The mythology of the Wild West suggests the person who draws first in a gunfight is usually the first to get shot, and new findings now hint at a reason why this might happen.
Inspired by Hollywood cowboy movies, Nobel Laureate atomic physicist Niels Bohr once conjectured why, during a duel, the gunslinger who drew first was the one to get shot — the intentional act of drawing and shooting is slower to carry out than the "quick draw" response to another gun. Anecdotal reports note that Bohr tested his idea using toy pistols, with the reactive Bohr apparently winning every duel against his colleague George Gamow.
Now an international team of scientists has found a basis for this idea — people move faster when reacting than when initiating the same movement. But the ultimate outcome is not so simple.
Shootout at the O.K. Lab
In laboratory versions of gunfights, the researchers had volunteers each press a row of three buttons. When they faced off against other "gunslingers" — either people directly across from them, people in another room, or computers — the volunteers on average were roughly 10 percent faster when they reacted than when they initiated "shootouts," a boost in speed of roughly 21 milliseconds they dubbed "the reactive advantage."
Still, while participants moved faster when reacting than initiating, reactors only rarely beat initiators. The extra milliseconds it took volunteers to respond to the movements of their opponents greatly offset any benefit the reactive advantage granted.
"As a general strategy for survival, having this system in our brains that gives us quick-and-dirty responses to the environment seems pretty useful," said researcher Andrew Welchman, an experimental psychologist at University of Birmingham in Britain. "Twenty-one milliseconds may seem like a tiny difference, and it probably wouldn't save you in a Wild West duel because your brain takes around 200 milliseconds to respond to what your opponent is doing, but it could mean the difference between life and death when you are trying to avoid an oncoming bus!"
These findings also suggest that Bohr's victories in his duels could not be ascribed to the reactive advantage. Instead, "he was probably just a very good shot," Welchman said.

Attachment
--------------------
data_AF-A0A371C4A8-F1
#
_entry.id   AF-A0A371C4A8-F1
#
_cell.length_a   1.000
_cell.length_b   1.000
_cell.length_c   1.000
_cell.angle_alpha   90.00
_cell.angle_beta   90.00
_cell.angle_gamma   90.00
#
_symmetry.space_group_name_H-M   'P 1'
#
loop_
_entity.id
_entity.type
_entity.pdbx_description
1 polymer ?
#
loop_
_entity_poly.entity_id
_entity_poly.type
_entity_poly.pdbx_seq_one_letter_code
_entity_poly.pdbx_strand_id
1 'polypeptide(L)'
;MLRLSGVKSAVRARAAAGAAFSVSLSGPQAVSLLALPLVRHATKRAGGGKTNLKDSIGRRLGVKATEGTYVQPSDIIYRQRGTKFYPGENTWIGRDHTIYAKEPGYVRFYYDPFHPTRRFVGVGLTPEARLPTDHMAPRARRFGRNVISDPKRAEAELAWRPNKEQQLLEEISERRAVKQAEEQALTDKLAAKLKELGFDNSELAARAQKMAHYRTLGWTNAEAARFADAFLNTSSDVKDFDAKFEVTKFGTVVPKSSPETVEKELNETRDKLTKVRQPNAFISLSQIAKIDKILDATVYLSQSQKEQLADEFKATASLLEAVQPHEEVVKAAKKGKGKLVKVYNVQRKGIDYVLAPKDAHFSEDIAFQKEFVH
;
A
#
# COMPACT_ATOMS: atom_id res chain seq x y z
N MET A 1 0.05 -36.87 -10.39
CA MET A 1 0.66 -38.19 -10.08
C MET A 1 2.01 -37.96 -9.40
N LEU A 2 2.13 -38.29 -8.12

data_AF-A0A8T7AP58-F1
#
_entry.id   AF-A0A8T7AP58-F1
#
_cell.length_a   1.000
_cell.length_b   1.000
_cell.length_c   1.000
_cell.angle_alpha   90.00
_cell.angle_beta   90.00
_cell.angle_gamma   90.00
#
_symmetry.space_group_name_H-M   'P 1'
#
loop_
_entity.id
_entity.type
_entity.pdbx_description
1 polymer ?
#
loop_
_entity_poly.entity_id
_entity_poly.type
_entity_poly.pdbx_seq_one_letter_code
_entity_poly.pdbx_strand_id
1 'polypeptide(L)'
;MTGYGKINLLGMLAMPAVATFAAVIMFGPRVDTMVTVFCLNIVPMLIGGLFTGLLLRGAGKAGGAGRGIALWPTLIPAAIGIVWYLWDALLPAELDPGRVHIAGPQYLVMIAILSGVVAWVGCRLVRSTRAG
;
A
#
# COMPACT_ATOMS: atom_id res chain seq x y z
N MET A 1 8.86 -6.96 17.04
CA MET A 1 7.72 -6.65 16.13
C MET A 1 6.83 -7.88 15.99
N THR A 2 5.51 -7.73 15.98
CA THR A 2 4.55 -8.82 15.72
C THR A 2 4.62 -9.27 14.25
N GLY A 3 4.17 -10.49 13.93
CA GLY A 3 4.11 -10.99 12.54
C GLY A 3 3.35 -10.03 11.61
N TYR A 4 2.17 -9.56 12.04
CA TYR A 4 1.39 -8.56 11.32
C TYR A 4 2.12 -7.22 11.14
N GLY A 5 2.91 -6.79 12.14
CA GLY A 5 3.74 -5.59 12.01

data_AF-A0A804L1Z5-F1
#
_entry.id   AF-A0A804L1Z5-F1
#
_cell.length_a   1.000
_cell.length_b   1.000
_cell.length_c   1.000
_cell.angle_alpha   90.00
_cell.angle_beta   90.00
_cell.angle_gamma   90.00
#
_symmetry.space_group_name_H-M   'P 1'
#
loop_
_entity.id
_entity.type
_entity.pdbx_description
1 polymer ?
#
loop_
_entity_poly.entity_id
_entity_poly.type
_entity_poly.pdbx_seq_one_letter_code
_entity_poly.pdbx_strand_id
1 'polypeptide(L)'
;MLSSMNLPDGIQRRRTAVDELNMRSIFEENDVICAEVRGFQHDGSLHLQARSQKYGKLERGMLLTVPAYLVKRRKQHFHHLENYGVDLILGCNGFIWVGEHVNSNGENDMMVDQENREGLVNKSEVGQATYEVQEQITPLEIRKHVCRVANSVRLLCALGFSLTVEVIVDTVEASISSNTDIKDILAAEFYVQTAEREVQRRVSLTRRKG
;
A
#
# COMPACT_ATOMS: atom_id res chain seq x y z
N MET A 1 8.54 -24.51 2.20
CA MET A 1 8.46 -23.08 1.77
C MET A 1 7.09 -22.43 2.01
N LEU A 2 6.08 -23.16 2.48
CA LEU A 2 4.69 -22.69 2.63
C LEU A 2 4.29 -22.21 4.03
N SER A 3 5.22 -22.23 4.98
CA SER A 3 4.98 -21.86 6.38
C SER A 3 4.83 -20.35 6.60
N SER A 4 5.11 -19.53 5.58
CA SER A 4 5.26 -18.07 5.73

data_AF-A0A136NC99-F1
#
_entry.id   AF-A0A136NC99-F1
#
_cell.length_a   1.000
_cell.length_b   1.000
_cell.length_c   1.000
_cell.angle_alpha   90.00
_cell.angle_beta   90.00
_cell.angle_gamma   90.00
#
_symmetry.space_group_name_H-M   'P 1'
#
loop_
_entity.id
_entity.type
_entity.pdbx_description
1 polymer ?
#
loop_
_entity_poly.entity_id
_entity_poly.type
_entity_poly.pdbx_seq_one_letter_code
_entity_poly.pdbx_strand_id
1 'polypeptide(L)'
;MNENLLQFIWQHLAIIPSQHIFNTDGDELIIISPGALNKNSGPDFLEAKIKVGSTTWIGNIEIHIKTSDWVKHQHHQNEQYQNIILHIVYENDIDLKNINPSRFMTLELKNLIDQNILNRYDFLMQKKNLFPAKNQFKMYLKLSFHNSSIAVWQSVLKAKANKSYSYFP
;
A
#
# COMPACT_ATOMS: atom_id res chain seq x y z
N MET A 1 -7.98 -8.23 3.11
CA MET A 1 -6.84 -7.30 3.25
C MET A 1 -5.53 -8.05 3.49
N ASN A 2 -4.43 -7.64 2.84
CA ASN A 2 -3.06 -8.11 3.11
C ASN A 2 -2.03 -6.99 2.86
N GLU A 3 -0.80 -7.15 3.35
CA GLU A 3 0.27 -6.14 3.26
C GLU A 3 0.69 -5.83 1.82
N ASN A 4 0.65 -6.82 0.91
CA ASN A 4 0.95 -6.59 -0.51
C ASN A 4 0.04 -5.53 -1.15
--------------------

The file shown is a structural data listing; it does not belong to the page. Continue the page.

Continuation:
What's going on?
The researchers now want to learn what is responsible for this difference between intentional and reactive actions. They suggest the brain circuits that control reactive actions could be faster than ones in charge of intentional motions, providing a potentially useful means of promoting survival.
"One idea is that when we are reacting to the things around us in the world, that information comes in from the eyes, gets sent to the back of the brain, and then from the back of the brain up towards the areas that control our movements," Welchman explained. In contrast, when one makes an intentional action, the information goes from the decision areas in the front of the brain back toward the motor areas in charge of movement.
"The key idea is that effectively, the brakes get taken off faster when we are making reactive movements so we can get moving faster than when we're making intentional movements," he said. "That could be responsible for us being 20 milliseconds quicker when we respond to our opponents." However, what one gains in speed might be lost in accuracy, the researchers added.
There might be some evidence for two different brain systems in people with Parkinson's disease — for instance, they might find it far harder to pick up a ball from a table than they would to catch the same ball if it were thrown at them. If Parkinson's does indeed affect areas of the brain that contribute more to intentional actions than reactive ones, it might be possible to develop strategies to ease movement in such patients, the researchers added.
The findings will be detailed online Feb. 3 in the Proceedings of the Royal Society B: Biological Sciences.
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